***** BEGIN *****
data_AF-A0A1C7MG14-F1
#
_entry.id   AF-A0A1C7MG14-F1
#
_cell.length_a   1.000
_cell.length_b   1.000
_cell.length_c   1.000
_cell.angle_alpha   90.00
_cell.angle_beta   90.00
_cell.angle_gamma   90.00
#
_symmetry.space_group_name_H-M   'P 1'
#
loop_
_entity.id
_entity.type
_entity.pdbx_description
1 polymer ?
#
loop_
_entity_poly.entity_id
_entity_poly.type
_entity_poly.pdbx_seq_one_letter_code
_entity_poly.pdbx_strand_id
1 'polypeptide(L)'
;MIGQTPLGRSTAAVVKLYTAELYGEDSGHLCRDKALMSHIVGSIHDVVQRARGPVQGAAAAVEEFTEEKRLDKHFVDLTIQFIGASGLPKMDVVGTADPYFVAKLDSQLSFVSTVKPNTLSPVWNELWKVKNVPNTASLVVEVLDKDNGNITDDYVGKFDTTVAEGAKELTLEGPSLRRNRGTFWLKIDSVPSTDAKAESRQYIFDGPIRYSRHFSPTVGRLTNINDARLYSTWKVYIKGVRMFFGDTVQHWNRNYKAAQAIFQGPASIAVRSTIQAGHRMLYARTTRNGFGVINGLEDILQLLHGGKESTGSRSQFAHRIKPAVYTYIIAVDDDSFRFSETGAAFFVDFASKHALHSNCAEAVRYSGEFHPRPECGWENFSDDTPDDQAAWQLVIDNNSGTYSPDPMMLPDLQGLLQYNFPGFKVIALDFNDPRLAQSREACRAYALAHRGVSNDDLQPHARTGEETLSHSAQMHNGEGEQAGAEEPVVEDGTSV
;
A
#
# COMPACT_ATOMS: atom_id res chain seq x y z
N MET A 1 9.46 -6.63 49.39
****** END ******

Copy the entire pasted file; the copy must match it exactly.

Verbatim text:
data_AF-A0A1C7MG14-F1
#
_entry.id   AF-A0A1C7MG14-F1
#
_cell.length_a   1.000
_cell.length_b   1.000
_cell.length_c   1.000
_cell.angle_alpha   90.00
_cell.angle_beta   90.00
_cell.angle_gamma   90.00
#
_symmetry.space_group_name_H-M   'P 1'
#
loop_
_entity.id
_entity.type
_entity.pdbx_description
1 polymer ?
#
loop_
_entity_poly.entity_id
_entity_poly.type
_entity_poly.pdbx_seq_one_letter_code
_entity_poly.pdbx_strand_id
1 'polypeptide(L)'
;MIGQTPLGRSTAAVVKLYTAELYGEDSGHLCRDKALMSHIVGSIHDVVQRARGPVQGAAAAVEEFTEEKRLDKHFVDLTIQFIGASGLPKMDVVGTADPYFVAKLDSQLSFVSTVKPNTLSPVWNELWKVKNVPNTASLVVEVLDKDNGNITDDYVGKFDTTVAEGAKELTLEGPSLRRNRGTFWLKIDSVPSTDAKAESRQYIFDGPIRYSRHFSPTVGRLTNINDARLYSTWKVYIKGVRMFFGDTVQHWNRNYKAAQAIFQGPASIAVRSTIQAGHRMLYARTTRNGFGVINGLEDILQLLHGGKESTGSRSQFAHRIKPAVYTYIIAVDDDSFRFSETGAAFFVDFASKHALHSNCAEAVRYSGEFHPRPECGWENFSDDTPDDQAAWQLVIDNNSGTYSPDPMMLPDLQGLLQYNFPGFKVIALDFNDPRLAQSREACRAYALAHRGVSNDDLQPHARTGEETLSHSAQMHNGEGEQAGAEEPVVEDGTSV
;
A
#
# COMPACT_ATOMS: atom_id res chain seq x y z
N MET A 1 9.46 -6.63 49.39